My third point is perhaps the most important. We know that the resurrection of Yeshua points to the future resurrection of all those with faith in him. That alone is exciting, but the resurrection also points to something powerful in our lives today! You don’t have to wait for future eternal life with God to claim the power of the resurrection in your life now. If your heart is pierced by the exciting news of the resurrection, and you respond like the 3,000 souls on the Day of Pentecost, you should be performing signs and miracles in your daily walk with the Lord Yeshua.
Listen again to Yeshua’s words that he is the resurrection and the life, and take careful of what follows the “and” as well as the word “never”. "I am the resurrection and the life; he who believes in me will live even if he dies [referring to something future], AND everyone who lives and believes in me will NEVER die” (John 11:25-26). I don’t know about you, but I certainly know many people who have lived a life of faith in Christ, but they died. So, we can’t say that they never died. What does it mean that “everyone who lives and believes in me will never die”? I suggest this second part of the verse is not referring to future eternal life with God but to true life in Christ in our lives today.
The Apostle Paul gives us the answer to our question: “What does it mean that we will never die?” Listen to Paul’s word first, and then I will explain my understanding of the meaning.
“We have been buried with him through baptism into death, so that as Christ was raised from the dead through the glory of the Father, so we too might walk in newness of life. For if we have become united with Him in the likeness of His death, certainly we shall also be in the likeness of His resurrection” (Rom 6:4-5).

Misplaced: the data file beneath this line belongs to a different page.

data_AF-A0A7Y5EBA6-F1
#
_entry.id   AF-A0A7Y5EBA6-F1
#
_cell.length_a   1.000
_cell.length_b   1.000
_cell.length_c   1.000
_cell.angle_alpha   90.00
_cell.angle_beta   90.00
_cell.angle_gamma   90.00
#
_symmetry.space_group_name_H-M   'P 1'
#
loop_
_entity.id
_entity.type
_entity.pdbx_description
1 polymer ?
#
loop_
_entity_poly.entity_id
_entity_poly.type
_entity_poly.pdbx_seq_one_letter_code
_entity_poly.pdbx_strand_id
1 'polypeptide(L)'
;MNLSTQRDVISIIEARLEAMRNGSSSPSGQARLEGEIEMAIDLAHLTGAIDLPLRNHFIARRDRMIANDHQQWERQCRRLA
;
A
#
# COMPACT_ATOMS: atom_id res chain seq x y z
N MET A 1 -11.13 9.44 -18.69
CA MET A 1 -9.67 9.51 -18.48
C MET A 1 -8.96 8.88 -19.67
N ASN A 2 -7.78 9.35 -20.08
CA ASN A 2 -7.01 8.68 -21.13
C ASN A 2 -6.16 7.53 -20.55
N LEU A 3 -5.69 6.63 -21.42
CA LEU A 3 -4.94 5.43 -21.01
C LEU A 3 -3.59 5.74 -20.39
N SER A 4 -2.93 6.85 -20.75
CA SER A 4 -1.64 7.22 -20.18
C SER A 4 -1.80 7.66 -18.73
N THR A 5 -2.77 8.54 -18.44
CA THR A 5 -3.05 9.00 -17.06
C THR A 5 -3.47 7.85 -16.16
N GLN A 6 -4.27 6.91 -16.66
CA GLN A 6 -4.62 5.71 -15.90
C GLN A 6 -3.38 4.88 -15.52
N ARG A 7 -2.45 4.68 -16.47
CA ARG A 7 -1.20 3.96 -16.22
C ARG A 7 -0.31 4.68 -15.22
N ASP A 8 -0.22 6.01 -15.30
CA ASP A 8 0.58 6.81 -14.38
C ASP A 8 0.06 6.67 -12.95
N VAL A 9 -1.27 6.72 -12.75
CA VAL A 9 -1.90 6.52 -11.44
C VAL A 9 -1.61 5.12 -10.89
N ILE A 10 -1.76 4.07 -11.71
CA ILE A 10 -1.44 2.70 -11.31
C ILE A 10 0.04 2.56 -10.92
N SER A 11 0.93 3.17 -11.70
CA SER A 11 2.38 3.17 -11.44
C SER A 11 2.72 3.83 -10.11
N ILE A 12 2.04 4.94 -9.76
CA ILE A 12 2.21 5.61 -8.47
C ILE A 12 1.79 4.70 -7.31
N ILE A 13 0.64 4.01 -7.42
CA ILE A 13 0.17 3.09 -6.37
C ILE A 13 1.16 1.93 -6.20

- “We have been buried with him through baptism into death” – The ritual of baptism is symbolic of washing away sin. By removing all the sin in our lives we become righteous, which is the condition that is required to come into the presence of the Righteous God. The Messiah’s death on the cross is a metaphor for the death of sin. If we stand on that understanding and walk in it (which is another way of saying faith in what Yeshua accomplished on the cross), we destroy the sin that is present in our lives.
- “Christ was raised from the dead through the glory of the Father” – Our focus should be on glorifying God. We do this by believing what God accomplished through His son, the Messiah, when He resurrected him from death to life.
- “So we might walk in newness of life” – When we get rid of sin in our lives, we look sin in the face and say, “You are dead!” Then we are raised to a newness of life without sin. This newness of life is righteous and in harmony with our God so that we can come into His presence, both now in our daily walk from time to time and at the end of time in complete newness of life.
- “For if we have become united with Him in the likeness of His death…” – This is an “if” clause. If we are in the likeness of the Messiah’s death, then we have put sin to death in our lives. That is, we have crucified the sin in our lives on the cross. Putting sin to death is a goal for which we strive, and we only accomplish it from time to time. But when we do, there is something wonderful that happens. Read what comes next!
- “We shall also be in the likeness of His resurrection” – The resurrection transforms us from a life of death in sin to a newness of life with God.
So, let’s not throw out the baby with the bath water. Let’s continue to celebrate Easter but with the fervor and excitement of the early Christians. Let us commit to a life that declares of sin, “You are dead!” And then, we will be walking in the newness of life that the resurrection has made possible.